Protein determination of C3aR1 in tissue

C3aR1 protein levels were determined via Western blot as previously described [22, 23]. Briefly, proteins were extracted from the hypothalamus and intra-abdominal WAT (aWAT) by homogenisation in cold HEPES Lysis buffer (50mM HEPES, 10% glycerol, 1mM EDTA, 10mM sodium fluoride, 1mM Sodium othovanadate, 150mM sodium chloride, 1% Triton X-100; pH 7.5) followed by centrifugation (10,000 G, 20 min, 4°C). Supernatants containing 20–50μg of protein were mixed with an equal volume of loading buffer (Laemmli loading buffer). Consistent amounts of protein were loaded, and separated on 4–15% precast acrylamide gel (Criterion TGX, BioRad), hence transferred electrophoretically to nitrocellulose membranes. Ponceau staining was used to confirm the equal loading of protein. Membranes were probed with a 1:1000 dilution of rabbit polyclonal anti-C3aR1 (Abcam, Cambridge, MA) and mouse monoclonal anti-βactin (Abcam, Cambridge, MA) or rabbit monoclonal anti αtubulin (Cell Signalling Technology, UK) antibodies overnight at 4°C followed by incubation with secondary goat-anti rabbit and goat-anti mouse HRP-linked antibody (1:2000–5000) for 1 hour at room temperature. Bands were visualized either using LI-COR Odyssey 9120 Imaging System (LI-COR Biosciences UK, Cambridge, UK) or using ECL detection reagent (GE Healthcare Life Science, UK) followed by exposure to photographic film in a dark room. Densitometry of band intensity was conducted to determine protein expression levels.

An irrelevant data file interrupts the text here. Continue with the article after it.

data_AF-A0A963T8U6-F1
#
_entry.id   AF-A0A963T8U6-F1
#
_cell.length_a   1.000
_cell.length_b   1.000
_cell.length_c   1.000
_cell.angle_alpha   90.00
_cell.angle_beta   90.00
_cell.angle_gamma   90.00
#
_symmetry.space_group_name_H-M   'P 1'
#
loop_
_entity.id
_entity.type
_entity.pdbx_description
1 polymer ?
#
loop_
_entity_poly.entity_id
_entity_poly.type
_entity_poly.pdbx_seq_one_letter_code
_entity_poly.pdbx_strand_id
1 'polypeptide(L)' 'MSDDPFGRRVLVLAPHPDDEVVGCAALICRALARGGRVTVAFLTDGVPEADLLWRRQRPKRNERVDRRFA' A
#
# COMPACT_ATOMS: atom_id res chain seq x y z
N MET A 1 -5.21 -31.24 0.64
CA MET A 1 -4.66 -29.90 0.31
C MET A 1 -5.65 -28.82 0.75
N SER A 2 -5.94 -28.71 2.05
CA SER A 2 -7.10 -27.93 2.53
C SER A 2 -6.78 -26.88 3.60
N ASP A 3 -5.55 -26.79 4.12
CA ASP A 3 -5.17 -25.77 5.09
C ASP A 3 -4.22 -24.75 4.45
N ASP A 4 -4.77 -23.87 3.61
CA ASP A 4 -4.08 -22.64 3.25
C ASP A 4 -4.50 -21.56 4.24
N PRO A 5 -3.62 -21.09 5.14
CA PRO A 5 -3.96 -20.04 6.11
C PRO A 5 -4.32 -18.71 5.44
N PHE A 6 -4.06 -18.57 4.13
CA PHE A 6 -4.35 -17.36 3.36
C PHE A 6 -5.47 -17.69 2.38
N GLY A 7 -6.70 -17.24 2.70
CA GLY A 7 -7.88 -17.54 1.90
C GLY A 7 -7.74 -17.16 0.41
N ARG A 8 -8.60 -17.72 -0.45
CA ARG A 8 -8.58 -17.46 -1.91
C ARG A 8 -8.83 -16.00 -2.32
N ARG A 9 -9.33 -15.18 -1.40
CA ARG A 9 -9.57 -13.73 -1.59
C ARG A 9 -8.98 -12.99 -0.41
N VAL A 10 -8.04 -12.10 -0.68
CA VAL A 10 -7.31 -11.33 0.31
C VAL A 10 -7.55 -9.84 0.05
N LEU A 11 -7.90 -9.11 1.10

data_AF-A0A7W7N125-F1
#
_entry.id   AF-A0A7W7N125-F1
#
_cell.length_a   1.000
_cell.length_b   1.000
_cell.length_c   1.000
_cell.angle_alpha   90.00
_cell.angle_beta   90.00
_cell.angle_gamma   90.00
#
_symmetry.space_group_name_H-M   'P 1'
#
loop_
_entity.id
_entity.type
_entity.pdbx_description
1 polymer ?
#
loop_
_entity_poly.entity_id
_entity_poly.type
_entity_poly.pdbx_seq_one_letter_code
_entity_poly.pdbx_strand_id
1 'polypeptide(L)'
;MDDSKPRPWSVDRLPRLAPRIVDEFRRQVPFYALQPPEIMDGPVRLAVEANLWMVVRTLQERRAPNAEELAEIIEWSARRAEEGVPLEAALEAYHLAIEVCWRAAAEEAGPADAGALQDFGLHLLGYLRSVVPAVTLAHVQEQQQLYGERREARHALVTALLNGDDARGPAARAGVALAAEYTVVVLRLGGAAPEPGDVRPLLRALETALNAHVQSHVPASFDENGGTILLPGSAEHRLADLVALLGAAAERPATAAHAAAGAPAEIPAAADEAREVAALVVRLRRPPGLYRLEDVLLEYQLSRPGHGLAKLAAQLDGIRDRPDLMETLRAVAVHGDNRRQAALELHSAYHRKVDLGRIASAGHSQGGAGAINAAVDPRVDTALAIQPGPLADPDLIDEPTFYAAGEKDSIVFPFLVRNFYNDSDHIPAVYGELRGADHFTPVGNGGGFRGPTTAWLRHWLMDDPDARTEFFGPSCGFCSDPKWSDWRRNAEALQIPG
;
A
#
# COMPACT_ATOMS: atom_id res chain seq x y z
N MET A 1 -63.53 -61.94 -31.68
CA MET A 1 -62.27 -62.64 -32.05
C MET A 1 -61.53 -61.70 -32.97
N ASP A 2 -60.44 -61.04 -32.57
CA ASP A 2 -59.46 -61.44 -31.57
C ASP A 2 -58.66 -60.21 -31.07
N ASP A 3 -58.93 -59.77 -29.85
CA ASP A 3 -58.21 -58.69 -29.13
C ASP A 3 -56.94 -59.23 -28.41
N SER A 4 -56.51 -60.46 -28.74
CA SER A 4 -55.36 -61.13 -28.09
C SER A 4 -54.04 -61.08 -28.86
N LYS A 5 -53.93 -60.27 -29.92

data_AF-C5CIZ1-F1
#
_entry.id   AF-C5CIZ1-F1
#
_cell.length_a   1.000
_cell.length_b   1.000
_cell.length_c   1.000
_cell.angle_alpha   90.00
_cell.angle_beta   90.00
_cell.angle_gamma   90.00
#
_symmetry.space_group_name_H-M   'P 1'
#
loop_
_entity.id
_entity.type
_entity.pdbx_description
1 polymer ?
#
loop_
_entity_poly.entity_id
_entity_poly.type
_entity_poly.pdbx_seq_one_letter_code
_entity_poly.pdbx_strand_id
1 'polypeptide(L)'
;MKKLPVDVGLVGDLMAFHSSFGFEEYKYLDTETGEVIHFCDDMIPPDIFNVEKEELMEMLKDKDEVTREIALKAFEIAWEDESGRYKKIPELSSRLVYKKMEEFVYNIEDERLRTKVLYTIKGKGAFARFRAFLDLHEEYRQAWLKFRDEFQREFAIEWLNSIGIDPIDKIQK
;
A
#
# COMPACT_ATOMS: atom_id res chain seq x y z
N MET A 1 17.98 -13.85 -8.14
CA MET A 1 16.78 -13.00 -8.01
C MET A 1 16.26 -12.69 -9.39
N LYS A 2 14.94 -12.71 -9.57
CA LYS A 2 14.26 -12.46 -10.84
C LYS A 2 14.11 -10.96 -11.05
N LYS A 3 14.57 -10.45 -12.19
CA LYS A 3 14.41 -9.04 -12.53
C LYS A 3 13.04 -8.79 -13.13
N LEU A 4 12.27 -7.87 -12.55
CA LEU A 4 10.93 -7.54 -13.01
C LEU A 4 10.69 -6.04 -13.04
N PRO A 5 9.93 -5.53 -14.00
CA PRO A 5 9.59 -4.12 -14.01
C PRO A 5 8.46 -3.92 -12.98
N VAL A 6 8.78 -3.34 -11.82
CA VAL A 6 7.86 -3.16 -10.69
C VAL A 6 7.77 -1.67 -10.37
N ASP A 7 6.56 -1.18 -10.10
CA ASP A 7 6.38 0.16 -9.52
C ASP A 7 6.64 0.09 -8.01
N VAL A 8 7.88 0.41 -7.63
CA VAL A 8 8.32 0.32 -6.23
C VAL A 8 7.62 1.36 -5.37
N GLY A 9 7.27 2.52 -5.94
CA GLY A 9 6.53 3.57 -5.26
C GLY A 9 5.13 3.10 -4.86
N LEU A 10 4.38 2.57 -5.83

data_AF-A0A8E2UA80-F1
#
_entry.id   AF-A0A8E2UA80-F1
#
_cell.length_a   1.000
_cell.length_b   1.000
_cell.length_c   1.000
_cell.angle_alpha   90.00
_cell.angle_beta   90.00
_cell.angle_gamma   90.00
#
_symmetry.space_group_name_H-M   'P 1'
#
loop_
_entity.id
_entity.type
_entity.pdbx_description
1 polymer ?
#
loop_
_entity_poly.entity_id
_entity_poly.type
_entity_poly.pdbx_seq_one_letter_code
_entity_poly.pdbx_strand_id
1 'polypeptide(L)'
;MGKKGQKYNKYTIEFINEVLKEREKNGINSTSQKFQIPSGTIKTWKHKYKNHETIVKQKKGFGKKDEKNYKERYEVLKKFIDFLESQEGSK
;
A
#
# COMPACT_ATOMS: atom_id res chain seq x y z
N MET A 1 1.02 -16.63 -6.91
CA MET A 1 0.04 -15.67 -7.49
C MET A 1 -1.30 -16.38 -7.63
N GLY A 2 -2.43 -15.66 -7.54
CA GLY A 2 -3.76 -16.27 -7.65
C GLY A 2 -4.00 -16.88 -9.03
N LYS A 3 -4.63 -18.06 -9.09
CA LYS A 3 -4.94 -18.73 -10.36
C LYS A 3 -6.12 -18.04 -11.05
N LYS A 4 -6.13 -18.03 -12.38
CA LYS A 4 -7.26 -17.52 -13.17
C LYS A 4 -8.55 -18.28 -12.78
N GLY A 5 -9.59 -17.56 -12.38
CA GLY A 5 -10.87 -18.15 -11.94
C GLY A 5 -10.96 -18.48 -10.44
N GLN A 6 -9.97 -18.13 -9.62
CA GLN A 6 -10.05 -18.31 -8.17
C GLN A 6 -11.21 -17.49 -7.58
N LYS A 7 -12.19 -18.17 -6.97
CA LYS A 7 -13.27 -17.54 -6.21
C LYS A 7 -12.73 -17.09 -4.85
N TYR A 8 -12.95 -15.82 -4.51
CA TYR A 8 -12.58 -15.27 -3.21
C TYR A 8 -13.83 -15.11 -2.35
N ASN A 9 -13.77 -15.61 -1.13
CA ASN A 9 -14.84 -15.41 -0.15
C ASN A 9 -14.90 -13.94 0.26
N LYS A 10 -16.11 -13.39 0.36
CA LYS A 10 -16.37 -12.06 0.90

Statistical analysis

Descriptive statistics (mean±SEM) were generated using Prism software (v6.0, GraphPad, San Diego, CA, USA). After checking for normality of distribution and equality of variance, body weight, food intake and CLAMS data were analysed using a two-way ANOVA (effect of time (repeated measured) vs. effect of treatment) followed by a Bonferroni post-hoc tests when a significant main effect or interaction was detected. Metabolite, mRNA and Western blot were analysed by Student’s unpaired T-tests. No animals were excluded from the analysis. P<0.05 was considered to indicate statistically significant differences.